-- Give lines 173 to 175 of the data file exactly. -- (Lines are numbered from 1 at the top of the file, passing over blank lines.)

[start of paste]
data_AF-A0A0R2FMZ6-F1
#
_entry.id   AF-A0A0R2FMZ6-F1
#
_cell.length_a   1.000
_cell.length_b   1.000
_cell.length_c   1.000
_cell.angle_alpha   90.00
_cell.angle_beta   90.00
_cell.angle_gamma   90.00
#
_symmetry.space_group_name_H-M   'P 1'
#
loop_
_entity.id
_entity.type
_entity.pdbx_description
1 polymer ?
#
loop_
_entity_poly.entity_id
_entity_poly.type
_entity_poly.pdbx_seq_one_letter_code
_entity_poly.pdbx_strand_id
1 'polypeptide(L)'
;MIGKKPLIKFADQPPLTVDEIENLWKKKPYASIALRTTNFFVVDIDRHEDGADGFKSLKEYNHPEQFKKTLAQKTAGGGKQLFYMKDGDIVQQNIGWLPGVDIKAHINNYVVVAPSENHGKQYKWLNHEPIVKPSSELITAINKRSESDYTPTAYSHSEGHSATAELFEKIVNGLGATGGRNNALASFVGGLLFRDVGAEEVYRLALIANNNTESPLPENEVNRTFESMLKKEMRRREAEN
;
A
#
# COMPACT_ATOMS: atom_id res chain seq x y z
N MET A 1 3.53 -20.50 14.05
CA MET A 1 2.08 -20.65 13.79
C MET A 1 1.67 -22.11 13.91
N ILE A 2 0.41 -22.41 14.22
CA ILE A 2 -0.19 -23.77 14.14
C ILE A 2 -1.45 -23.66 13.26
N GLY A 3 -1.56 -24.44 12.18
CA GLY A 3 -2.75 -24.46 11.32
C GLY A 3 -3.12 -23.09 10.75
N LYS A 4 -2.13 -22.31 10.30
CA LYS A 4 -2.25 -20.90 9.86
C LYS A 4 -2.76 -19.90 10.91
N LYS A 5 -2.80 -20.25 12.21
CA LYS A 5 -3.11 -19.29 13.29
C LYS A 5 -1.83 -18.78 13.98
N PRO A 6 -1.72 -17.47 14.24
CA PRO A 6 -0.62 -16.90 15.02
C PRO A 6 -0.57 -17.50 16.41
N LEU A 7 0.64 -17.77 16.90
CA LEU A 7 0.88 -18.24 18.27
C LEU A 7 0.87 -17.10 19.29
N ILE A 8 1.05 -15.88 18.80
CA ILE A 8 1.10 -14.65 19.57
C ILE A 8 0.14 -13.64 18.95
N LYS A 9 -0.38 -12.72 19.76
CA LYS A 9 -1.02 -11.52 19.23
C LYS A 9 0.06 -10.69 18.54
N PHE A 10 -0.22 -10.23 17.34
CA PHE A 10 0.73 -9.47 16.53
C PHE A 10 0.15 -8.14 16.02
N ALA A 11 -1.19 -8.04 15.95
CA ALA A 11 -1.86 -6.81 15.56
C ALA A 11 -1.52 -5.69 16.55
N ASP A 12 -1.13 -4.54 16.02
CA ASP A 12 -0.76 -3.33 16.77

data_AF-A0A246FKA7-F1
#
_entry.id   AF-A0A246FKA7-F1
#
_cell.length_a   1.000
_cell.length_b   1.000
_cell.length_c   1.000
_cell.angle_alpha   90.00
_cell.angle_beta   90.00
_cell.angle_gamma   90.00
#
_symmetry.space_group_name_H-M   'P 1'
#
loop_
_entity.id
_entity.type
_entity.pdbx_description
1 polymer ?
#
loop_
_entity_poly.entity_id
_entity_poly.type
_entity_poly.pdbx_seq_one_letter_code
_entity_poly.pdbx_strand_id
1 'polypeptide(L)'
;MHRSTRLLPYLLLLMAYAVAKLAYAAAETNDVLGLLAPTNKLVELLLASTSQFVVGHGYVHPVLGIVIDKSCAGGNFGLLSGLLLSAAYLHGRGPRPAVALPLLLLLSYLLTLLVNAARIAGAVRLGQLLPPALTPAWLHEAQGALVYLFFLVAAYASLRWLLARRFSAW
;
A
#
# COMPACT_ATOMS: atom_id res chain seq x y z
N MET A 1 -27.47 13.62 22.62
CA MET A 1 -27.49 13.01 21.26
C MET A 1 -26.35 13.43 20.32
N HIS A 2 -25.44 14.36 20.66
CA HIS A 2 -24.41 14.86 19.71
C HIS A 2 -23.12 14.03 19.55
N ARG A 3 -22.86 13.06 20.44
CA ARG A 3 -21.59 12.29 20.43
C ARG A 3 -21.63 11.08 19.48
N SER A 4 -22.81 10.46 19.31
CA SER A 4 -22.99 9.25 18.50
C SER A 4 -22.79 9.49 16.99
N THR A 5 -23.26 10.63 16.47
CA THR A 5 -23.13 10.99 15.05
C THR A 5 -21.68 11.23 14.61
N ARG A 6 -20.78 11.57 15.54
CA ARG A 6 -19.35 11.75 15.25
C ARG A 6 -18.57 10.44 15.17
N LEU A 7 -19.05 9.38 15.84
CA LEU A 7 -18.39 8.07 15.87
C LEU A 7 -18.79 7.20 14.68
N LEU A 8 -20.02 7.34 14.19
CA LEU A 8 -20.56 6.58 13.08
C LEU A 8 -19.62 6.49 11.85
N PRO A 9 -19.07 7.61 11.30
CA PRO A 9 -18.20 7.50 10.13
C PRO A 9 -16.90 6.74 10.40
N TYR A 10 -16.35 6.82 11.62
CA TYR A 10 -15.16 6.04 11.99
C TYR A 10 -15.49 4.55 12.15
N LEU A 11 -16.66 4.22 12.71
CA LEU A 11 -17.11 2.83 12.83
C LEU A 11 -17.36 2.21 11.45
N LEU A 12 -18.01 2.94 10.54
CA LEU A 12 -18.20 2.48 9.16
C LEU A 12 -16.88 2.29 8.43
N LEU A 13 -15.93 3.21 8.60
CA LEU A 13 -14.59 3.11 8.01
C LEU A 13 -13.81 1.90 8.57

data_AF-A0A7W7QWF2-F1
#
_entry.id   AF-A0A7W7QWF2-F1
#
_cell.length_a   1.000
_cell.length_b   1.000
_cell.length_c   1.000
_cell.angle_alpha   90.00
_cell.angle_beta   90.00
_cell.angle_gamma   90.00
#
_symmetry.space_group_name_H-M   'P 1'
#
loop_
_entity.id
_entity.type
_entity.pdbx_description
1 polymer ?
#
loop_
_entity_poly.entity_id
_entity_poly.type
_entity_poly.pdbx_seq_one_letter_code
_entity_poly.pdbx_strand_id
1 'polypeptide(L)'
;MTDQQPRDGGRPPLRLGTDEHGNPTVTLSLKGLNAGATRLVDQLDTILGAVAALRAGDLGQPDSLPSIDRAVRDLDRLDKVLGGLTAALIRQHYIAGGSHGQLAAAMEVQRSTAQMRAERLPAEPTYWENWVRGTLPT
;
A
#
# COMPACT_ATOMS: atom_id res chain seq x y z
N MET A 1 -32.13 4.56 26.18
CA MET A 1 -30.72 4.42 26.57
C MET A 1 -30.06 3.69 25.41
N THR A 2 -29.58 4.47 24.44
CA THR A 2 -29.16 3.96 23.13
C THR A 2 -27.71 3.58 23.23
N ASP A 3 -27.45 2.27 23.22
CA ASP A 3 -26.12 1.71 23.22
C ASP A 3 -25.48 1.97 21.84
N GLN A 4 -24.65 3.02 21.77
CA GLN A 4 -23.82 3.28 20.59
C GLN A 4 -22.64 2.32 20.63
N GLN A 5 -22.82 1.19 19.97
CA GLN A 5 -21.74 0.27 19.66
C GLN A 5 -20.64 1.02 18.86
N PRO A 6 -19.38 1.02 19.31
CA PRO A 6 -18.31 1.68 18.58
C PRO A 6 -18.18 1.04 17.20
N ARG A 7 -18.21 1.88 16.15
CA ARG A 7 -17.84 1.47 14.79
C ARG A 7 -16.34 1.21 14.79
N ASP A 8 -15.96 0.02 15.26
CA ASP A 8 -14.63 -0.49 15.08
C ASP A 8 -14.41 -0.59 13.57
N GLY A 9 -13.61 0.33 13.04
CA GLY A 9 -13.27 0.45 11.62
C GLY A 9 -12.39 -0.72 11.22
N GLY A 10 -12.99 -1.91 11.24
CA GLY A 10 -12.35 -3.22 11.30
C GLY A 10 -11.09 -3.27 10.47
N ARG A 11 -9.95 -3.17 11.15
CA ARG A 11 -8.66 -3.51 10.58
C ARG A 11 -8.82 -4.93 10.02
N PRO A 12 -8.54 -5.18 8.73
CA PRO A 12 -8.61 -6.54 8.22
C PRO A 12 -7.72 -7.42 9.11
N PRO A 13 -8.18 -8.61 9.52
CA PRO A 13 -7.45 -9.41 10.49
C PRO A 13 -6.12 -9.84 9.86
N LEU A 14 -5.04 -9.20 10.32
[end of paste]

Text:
C ASP A 3 -25.48 1.97 21.84
N GLN A 4 -24.65 3.02 21.77
CA GLN A 4 -23.82 3.28 20.59